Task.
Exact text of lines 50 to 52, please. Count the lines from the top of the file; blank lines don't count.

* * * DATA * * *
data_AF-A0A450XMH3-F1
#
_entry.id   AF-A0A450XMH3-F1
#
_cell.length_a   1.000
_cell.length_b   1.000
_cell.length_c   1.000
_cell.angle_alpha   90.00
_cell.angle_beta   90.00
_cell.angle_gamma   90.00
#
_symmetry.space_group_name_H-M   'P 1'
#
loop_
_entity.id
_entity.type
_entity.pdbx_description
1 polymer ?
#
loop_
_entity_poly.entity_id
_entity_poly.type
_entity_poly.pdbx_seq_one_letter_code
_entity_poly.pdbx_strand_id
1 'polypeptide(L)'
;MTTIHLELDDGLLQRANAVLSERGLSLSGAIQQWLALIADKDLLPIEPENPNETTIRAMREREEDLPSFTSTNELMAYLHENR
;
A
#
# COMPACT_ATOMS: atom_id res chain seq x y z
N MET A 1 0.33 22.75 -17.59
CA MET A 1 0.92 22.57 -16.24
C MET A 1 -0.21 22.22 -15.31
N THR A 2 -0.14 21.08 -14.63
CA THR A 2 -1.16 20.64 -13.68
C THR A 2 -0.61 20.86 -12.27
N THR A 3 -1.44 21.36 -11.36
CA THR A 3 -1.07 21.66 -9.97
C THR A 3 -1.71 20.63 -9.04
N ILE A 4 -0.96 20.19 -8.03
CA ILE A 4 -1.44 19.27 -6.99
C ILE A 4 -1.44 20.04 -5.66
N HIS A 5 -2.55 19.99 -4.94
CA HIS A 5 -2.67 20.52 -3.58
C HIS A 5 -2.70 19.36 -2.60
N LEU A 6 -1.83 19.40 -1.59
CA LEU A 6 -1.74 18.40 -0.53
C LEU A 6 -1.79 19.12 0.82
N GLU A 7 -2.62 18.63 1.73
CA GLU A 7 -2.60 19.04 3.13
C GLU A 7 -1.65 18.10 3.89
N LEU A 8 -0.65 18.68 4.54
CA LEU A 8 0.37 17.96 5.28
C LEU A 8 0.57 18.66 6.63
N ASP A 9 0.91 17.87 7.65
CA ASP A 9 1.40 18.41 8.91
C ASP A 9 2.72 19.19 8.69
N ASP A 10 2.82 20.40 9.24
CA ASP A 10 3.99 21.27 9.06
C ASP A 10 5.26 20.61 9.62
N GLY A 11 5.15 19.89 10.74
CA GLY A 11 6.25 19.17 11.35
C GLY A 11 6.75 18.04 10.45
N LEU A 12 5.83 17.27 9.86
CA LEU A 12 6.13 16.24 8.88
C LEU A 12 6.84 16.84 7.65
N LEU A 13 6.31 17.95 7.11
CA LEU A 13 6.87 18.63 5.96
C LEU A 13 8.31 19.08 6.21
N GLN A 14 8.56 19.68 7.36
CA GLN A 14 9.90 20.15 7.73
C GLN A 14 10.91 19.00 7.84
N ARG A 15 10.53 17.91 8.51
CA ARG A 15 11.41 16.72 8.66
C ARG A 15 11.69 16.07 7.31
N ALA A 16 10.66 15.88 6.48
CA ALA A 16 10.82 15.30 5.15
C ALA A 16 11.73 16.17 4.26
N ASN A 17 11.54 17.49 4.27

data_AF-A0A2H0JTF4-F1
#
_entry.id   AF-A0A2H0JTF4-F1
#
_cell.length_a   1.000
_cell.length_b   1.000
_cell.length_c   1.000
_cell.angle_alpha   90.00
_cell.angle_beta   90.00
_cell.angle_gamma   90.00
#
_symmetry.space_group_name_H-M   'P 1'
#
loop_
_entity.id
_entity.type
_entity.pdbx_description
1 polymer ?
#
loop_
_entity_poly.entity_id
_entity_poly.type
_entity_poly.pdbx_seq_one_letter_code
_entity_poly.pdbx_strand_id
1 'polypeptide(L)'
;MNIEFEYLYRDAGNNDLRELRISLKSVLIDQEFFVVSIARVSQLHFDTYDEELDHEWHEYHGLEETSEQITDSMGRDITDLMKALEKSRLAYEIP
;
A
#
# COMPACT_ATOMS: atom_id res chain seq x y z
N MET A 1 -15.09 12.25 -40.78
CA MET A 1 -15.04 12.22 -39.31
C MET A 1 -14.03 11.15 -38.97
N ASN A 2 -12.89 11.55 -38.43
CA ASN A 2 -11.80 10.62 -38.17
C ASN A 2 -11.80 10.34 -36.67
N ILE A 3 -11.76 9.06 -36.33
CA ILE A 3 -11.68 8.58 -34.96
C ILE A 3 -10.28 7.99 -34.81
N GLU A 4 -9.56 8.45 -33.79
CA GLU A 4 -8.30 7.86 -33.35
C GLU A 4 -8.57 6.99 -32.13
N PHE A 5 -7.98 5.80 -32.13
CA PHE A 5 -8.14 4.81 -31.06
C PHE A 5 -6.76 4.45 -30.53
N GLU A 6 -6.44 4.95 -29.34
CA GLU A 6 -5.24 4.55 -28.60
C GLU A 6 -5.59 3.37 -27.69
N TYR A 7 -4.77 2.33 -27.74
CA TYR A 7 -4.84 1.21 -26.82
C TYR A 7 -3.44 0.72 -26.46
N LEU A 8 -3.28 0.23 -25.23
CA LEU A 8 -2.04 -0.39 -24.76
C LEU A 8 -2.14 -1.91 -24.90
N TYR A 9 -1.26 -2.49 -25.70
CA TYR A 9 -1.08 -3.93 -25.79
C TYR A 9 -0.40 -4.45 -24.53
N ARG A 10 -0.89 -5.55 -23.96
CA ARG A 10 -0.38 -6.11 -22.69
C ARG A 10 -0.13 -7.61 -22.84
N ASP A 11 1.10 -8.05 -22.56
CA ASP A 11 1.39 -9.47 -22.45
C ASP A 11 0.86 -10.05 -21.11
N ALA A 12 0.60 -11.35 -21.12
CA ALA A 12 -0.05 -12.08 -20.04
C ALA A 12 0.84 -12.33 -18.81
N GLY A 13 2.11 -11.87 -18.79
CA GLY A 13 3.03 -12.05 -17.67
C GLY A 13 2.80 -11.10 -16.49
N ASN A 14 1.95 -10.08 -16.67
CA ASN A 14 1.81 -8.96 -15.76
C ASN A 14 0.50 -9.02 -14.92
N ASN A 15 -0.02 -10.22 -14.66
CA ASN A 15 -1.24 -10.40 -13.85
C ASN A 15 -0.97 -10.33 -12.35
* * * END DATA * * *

CA GLU A 7 -2.60 19.04 3.13
C GLU A 7 -1.65 18.10 3.89
N LEU A 8 -0.65 18.68 4.54